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4 Reasons You're Losing Your Lawn Care Customers

Posted by WintacLawn on Oct 18, 2016 9:30:00 AM


Losing paying customers is never on the roadmap for business owners. While losing some customers over the years is not preventable, other losses could be saved by identifying the most common reasons why lawn care businesses lose customers so you can be proactive instead of reactive when it comes to retaining long-term recurring business.

Here’s the 4 most common reasons lawn care businesses lose customers:

1. Competitors Charging Lower Rates

Being in the lawn care service industry is highly competitive. Competitors who can offer a lower rate to someone for the same work, will always win; given that the quality of the work is also equivalent.

You can’t price yourself out of business with unreasonably low rates that cut into your profits, but there are a number of steps you can take to head off,  and win any potential bidding wars that come up:

  • Monitor Rates: Check your competitors’ rates on a regular basis to make sure that your rates are comparable; having a firm grasp on the local market will ensure that your services aren’t priced too high or too low.
  • Watch Out: Be on the lookout for new lawn care startups that are willing to operate at or near a loss with low introductory rates to scalp your customers away. Being aware of new challenges will allow to you ramp up marketing and educate customers about low introductory rates that balloon later.
  • Bundle Services: The best way to charge customers lower rates in the face of competition is to sell them more services. As a result, bundling services into packages will allow you to offer those services at discounted rates without losing money.

It’s important to note that customers often won’t be comfortable telling you that they’ve decided to go with a competitor that charges lower rates. They may offer other reasons for their decision to hide that fact. Read between the lines and let them know their absolute honesty will help you make needed adjustments going forward.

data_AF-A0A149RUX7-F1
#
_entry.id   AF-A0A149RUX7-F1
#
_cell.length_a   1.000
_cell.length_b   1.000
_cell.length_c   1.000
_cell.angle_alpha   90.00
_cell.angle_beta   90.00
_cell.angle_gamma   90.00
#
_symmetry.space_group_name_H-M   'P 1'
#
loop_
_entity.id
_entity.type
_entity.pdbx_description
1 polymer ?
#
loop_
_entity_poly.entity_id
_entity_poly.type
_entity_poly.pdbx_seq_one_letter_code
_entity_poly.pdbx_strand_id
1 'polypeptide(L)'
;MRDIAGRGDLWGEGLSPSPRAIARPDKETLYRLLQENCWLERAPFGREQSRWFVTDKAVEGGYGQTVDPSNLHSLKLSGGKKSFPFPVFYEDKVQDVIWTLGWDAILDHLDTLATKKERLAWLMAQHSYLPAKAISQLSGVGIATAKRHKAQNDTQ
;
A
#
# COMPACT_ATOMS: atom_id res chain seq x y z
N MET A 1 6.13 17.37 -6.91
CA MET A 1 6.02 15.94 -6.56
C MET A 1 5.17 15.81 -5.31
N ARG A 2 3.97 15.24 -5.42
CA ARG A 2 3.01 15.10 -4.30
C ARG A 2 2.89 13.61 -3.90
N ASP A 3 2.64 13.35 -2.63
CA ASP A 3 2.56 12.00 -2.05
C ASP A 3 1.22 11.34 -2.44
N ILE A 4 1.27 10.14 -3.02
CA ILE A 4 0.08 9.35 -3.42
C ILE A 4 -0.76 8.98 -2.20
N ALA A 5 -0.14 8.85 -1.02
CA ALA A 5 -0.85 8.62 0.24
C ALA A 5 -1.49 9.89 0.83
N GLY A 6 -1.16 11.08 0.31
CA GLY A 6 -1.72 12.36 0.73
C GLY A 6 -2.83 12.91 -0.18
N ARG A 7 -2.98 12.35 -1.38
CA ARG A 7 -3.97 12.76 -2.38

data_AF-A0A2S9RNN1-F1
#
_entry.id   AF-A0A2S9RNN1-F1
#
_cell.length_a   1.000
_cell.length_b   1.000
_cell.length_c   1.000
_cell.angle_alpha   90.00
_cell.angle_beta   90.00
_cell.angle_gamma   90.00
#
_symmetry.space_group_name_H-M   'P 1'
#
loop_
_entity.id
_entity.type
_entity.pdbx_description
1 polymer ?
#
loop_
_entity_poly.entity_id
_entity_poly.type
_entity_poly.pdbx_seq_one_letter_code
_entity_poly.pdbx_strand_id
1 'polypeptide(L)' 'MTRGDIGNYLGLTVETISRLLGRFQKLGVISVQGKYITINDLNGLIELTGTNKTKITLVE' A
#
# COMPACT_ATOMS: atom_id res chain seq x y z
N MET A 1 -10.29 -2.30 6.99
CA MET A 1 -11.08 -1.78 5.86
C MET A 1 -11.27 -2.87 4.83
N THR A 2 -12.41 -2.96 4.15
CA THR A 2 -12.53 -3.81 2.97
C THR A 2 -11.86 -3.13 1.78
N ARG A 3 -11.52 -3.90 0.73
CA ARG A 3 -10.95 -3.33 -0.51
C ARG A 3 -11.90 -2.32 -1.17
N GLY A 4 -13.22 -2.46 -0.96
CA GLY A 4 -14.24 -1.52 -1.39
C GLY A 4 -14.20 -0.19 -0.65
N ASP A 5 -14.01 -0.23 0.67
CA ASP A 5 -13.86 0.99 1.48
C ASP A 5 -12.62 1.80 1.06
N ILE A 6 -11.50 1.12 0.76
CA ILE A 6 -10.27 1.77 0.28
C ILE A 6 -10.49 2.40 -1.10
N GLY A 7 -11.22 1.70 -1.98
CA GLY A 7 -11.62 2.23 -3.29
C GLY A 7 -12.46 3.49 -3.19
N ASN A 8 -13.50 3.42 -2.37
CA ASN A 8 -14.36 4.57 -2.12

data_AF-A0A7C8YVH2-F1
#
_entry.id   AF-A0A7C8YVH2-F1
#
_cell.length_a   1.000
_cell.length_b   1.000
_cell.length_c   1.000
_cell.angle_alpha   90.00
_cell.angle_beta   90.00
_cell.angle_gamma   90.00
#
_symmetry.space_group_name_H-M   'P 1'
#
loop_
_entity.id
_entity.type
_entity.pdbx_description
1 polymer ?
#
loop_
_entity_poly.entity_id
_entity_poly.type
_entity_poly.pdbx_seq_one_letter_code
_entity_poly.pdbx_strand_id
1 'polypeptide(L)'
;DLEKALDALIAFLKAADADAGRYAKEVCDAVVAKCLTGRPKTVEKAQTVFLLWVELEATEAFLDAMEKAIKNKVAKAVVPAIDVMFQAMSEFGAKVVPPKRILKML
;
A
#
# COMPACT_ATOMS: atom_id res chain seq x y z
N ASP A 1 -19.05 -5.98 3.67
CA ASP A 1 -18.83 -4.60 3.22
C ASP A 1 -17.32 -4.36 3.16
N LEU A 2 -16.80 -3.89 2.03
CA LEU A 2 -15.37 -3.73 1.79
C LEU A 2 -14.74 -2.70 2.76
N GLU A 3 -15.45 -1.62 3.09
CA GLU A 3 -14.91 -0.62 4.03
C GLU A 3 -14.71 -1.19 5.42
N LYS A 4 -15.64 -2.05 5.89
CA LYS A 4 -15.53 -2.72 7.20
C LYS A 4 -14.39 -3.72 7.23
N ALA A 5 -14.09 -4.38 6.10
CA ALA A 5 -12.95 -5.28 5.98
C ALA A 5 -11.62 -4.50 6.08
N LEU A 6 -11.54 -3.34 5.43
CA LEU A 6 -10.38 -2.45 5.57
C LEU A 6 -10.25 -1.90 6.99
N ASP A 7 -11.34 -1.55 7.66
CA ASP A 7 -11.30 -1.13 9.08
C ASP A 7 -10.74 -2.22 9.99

2. Poor Communication

At the end of the day, bad communication and not answering calls is bad customer service.

The best way to retain your customers for years to come is to establish a personal connection with them. Get to know them, along with the neighborhood and their lifestyle. You should aim to do this so well that no other lawn care provider can match your model of service.

Understanding your customers on this level all begins with effective communication. Following these simple tips will help create better communication:

  • Offer Options: Different customers prefer different modes of communication; offering varies ways to contact you via phone, email, text, social media, etc., will offer your customers the ability to take the path of least resistance to quickly get a hold of you before they forget, get caught up in something else, or have second thoughts.
  • Respond: Responding to every customer within 24 hours, even if it’s just to say, “I’ve received your message, it’s important to me, and I will follow up as soon as possible,” during the peak of busy season is crucial to making your customers feel valued and as if they’re your priority.

Good customer service means being responsive to your customers’ needs and concerns and you can’t accomplish that without having excellent communication with them.